Helping Creative People Create

How I Earned My Ph.D in Disaster Recovery over 7 Years

If you’ve ever been to a live show of a famous act, say U2, it seems like they do everything perfectly and effortlessly.
It turns out that even bands like U2 make mistakes. They just know how to cover them really well so that you don’t know you’re seeing one.

I sing and play guitar in a band for a few hundred people each week at our church. I’ve been doing this for the past seven years or so, and it’s really helped me become comfortable performing in front of larger crowds.

Ironically, the performances that have helped me most aren’t the good ones, but rather the times I’ve failed. (You can’t really tell how comfortable you are with performing in front of people until you’ve failed numerous times.) And there are times when no matter how much preparation you put into something, something weird happens.

For example, last week my guitar strap plug popped out of the guitar in the middle of a song. This meant that my left hand had to grab the guitar as it swung outward, leaving me holding the guitar outstretched while singing. I managed to grab the loose end of the strap and reattach it to the guitar and pull the strap back on, all without having to stop the song or bring too much attention to myself. (In fact, my band mates didn’t even see it happen and they were right next to me.)

I call this a “resounding success” when you finish the song while avoiding disaster.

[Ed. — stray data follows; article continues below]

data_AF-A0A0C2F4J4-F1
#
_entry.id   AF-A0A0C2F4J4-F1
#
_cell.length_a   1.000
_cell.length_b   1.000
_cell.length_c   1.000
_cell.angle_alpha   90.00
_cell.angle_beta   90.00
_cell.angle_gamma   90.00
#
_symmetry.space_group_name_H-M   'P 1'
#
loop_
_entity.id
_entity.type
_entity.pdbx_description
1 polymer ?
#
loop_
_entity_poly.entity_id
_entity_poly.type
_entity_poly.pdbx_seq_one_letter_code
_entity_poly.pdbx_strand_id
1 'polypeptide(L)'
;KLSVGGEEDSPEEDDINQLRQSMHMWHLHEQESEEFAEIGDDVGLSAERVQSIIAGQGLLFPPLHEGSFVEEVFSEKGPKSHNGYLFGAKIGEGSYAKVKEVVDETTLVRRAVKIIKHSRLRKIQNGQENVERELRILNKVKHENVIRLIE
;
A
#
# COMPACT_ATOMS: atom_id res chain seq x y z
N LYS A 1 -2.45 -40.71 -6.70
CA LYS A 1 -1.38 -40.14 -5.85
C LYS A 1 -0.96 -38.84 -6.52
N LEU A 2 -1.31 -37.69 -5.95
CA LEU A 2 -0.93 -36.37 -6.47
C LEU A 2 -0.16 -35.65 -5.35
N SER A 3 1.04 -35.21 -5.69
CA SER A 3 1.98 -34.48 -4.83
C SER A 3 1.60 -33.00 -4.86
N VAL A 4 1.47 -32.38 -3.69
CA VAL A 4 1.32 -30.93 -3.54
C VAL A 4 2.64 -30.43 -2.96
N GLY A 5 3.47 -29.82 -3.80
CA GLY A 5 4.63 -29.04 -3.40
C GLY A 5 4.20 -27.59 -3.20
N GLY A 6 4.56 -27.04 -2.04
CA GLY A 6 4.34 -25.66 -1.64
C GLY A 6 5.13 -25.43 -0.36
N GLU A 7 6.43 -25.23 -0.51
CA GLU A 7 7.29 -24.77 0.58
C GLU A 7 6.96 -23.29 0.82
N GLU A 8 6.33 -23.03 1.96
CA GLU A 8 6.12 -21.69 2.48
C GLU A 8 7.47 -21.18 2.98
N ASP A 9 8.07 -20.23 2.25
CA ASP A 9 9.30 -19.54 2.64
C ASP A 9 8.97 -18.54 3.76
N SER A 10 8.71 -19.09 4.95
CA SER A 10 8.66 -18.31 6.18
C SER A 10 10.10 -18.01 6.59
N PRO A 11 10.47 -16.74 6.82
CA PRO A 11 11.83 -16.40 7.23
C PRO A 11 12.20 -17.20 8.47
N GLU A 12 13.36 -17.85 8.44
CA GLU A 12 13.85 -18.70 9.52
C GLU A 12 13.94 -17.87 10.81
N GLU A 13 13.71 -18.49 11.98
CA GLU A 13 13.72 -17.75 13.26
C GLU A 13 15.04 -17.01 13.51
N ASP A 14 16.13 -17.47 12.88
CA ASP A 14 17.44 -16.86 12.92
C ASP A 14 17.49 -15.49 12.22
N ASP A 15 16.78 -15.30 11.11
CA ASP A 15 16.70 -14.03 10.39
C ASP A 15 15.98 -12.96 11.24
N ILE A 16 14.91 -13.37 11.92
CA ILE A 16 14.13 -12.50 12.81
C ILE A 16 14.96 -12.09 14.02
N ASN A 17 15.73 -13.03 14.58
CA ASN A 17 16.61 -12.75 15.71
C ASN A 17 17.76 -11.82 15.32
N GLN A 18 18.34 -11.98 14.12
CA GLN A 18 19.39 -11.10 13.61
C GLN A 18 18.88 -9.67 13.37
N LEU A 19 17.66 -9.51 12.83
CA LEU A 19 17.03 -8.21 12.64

As I’ve become more aware of my failures and ability to respond to them, I’ve figured out that you can’t keep a cool head without a few key elements:

  1. You’ve done it before
  2. You can laugh at yourself or the situation

If you can do both of these things, you’ve reached the point that you’re comfortable with failure.

You’ve done this before

About 5 years ago something like my strap becoming unplugged in the middle of a song with hundreds of people watching would have made me drop to the floor, curl into the fetal position and start sucking my thumb. Now, because I’ve failed so many times before, I know a few things. I know that most people won’t notice (if I stay calm) and I also know that nobody really cares.

I’ve botched chords, forgotten words, and can’t count the times I’ve started songs in the wrong key. I’ve seen pretty much everything, and nothing really surprises me too much when it happens.

You can’t become comfortable with failing unless you’ve failed before, and you can’t fail unless you TRY SOMETHING. Over and over. Seven years of failing on a semi-regular basis every week means I’m pretty good at recovering at disaster when it happens.

You can laugh at yourself, right?

The key is being able to recover, and at the very worst, laugh about it and start over.

You have to remember that people generally want to help you. They want you to succeed. I learned quickly that failure is actually really endearing to people if you’re able to laugh at yourself. Fortunately, this comes really easy to me, and it proves that I’m not a robot.

Laughter is, after all, the best medicine.

Disaster can go down at any time, no matter how prepared you are. You might start the song in the wrong key, you might misspell an important person’s name, or you might accidentally offend someone.

Laugh it off, get used to the feeling, and try again. If you’re trying to become excellent at what it is you do, this won’t be the last time you fall on your face.

Take it from Dr. Disaster ;)

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  • http://www.hang-in-there.com/ Vic Lawrence